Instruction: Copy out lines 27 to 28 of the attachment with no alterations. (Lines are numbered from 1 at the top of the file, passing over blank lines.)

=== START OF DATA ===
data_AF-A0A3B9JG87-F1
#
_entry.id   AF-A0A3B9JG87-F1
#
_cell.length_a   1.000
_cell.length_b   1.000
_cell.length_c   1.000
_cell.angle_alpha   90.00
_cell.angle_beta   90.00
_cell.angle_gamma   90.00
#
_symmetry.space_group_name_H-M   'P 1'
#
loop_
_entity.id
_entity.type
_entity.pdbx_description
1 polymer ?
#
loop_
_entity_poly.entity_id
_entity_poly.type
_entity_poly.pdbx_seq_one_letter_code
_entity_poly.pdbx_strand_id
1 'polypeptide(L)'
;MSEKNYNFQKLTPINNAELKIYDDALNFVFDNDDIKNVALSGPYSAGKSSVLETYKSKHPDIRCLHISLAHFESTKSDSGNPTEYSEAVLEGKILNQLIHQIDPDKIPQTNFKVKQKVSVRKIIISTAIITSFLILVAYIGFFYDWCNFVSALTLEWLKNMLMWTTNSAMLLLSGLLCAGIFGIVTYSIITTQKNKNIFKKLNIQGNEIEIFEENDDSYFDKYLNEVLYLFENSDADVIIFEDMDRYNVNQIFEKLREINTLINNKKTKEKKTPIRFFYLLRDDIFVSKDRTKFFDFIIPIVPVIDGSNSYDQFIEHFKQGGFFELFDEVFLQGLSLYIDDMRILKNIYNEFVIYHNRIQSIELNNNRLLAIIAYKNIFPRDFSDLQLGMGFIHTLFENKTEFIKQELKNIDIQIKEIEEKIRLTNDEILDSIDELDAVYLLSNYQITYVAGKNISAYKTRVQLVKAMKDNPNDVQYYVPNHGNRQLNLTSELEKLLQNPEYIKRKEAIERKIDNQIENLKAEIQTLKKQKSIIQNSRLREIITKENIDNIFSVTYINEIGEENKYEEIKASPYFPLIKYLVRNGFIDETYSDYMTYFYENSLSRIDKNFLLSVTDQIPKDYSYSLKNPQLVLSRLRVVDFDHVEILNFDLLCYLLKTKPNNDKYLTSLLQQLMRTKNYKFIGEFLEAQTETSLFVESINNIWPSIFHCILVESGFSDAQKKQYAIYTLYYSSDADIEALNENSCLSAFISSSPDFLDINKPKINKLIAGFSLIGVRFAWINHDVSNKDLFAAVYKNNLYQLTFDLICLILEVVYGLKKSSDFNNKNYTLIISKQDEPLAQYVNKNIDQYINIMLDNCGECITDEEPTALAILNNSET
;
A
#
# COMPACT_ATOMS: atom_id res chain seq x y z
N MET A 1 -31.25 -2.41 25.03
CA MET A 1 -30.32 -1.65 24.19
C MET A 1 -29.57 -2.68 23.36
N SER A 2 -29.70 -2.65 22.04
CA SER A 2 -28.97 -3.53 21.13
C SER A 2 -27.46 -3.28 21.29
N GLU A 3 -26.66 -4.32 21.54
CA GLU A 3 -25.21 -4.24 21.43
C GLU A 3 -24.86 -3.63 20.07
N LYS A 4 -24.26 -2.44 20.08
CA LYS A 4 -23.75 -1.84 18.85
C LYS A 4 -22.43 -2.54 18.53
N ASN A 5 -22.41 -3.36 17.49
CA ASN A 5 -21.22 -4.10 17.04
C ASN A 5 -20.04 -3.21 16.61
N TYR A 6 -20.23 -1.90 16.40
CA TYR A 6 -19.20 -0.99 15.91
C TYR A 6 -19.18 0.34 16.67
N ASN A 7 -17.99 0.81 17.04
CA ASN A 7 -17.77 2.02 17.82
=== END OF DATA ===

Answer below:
;
A